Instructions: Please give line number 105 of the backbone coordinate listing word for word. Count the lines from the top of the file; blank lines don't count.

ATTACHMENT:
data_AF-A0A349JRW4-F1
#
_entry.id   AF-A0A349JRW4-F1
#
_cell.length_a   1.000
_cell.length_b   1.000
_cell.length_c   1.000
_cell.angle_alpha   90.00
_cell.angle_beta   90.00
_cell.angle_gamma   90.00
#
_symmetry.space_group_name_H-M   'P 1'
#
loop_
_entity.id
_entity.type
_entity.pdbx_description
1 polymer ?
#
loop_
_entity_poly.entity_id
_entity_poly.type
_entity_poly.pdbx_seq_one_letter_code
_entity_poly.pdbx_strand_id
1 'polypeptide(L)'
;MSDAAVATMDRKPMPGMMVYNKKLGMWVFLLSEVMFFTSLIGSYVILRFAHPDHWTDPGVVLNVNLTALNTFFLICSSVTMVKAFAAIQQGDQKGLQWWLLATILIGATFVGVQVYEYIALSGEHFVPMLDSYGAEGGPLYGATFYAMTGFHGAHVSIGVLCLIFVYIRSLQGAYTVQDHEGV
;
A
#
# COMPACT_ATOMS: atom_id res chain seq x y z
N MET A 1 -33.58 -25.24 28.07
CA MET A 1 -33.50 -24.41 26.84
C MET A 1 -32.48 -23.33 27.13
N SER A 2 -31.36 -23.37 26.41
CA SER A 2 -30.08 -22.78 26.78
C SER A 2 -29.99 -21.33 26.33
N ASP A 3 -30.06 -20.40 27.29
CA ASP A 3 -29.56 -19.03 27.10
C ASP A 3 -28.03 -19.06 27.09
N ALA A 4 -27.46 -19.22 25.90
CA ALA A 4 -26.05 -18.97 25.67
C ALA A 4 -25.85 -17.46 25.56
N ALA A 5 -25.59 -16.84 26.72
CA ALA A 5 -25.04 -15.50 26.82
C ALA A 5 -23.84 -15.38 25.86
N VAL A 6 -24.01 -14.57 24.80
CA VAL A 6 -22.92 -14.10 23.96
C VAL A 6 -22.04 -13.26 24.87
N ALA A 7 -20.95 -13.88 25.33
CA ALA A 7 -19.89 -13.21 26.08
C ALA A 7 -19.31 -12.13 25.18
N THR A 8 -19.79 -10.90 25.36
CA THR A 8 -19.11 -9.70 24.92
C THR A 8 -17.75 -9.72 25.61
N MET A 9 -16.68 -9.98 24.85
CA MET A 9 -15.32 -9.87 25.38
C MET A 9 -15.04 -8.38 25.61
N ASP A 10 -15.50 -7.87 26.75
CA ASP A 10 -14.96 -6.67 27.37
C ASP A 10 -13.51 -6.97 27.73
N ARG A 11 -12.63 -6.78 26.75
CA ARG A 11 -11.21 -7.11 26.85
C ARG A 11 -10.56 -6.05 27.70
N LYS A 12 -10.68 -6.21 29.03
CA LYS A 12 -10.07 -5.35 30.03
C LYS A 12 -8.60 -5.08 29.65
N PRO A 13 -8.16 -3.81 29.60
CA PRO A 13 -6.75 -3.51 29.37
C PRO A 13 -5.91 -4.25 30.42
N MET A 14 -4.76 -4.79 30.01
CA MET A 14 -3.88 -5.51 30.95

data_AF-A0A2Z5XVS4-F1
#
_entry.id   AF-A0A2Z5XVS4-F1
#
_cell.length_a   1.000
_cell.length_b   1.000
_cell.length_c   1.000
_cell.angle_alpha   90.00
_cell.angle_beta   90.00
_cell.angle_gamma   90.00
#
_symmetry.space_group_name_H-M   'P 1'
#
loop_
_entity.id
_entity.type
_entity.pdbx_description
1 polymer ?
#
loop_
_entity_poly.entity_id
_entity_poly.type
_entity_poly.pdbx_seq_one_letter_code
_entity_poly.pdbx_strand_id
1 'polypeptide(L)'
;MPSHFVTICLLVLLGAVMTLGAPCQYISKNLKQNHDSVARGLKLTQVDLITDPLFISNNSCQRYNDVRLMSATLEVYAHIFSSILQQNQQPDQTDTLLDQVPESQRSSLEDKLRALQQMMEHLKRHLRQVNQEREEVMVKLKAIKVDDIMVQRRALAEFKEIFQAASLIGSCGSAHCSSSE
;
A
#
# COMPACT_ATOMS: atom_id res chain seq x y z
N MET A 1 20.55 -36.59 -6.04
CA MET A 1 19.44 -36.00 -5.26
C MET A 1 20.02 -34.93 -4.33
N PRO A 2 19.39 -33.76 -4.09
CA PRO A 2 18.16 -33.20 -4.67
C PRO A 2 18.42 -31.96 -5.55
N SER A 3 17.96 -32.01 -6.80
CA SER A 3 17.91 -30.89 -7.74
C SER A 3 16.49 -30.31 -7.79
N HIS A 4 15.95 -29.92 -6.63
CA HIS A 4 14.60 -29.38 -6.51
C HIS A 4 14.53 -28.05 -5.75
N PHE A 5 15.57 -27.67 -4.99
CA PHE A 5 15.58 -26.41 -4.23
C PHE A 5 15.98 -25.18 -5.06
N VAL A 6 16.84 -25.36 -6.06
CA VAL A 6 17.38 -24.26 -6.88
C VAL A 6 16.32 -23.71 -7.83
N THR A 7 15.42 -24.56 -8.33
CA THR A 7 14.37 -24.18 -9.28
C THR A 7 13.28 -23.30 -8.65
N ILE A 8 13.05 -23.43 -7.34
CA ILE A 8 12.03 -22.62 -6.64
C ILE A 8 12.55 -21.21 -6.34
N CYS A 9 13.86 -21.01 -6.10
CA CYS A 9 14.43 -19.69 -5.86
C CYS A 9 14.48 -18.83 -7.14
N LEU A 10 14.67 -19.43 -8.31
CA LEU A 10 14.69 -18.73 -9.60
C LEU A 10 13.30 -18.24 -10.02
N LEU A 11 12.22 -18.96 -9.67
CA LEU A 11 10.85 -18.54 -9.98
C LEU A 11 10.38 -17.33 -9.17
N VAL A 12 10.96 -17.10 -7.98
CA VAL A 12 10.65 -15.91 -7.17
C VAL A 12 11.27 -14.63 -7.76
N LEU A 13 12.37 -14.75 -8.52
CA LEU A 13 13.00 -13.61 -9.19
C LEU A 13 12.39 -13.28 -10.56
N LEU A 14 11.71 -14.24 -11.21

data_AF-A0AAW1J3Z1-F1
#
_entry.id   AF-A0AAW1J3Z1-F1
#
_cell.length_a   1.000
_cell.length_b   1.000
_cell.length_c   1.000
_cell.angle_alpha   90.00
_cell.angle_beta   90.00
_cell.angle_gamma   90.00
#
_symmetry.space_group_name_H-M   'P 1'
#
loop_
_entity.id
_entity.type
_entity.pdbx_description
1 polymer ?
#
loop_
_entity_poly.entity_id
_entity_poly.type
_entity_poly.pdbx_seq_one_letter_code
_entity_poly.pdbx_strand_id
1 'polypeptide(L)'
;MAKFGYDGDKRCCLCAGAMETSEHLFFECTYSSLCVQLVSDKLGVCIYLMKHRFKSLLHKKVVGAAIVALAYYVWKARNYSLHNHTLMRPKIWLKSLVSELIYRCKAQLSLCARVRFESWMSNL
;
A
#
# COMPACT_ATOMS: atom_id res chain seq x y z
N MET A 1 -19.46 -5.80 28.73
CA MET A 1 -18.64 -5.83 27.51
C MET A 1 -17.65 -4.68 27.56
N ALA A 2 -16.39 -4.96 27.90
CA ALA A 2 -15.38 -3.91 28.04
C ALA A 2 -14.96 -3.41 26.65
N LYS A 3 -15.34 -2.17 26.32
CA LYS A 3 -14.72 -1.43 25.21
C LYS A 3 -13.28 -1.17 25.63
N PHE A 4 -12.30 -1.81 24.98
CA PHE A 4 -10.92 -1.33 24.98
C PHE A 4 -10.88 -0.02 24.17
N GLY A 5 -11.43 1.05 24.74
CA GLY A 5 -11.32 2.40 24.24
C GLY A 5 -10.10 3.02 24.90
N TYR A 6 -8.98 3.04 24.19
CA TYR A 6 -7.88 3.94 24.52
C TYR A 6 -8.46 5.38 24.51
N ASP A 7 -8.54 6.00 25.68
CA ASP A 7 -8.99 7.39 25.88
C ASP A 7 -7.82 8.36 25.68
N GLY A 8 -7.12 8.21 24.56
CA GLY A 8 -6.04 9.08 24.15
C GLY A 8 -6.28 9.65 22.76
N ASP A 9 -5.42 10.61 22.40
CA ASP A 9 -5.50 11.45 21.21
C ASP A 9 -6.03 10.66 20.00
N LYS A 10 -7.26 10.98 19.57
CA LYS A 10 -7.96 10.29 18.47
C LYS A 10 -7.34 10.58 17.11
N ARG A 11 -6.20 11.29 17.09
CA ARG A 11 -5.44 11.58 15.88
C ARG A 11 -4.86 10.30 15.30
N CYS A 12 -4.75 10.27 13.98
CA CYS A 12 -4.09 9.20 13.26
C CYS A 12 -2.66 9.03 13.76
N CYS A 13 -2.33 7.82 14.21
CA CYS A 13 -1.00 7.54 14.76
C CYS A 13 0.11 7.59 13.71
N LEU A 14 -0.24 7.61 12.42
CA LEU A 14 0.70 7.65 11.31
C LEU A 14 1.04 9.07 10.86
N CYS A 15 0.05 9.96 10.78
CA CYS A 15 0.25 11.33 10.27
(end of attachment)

N PRO A 2 19.39 -33.76 -4.09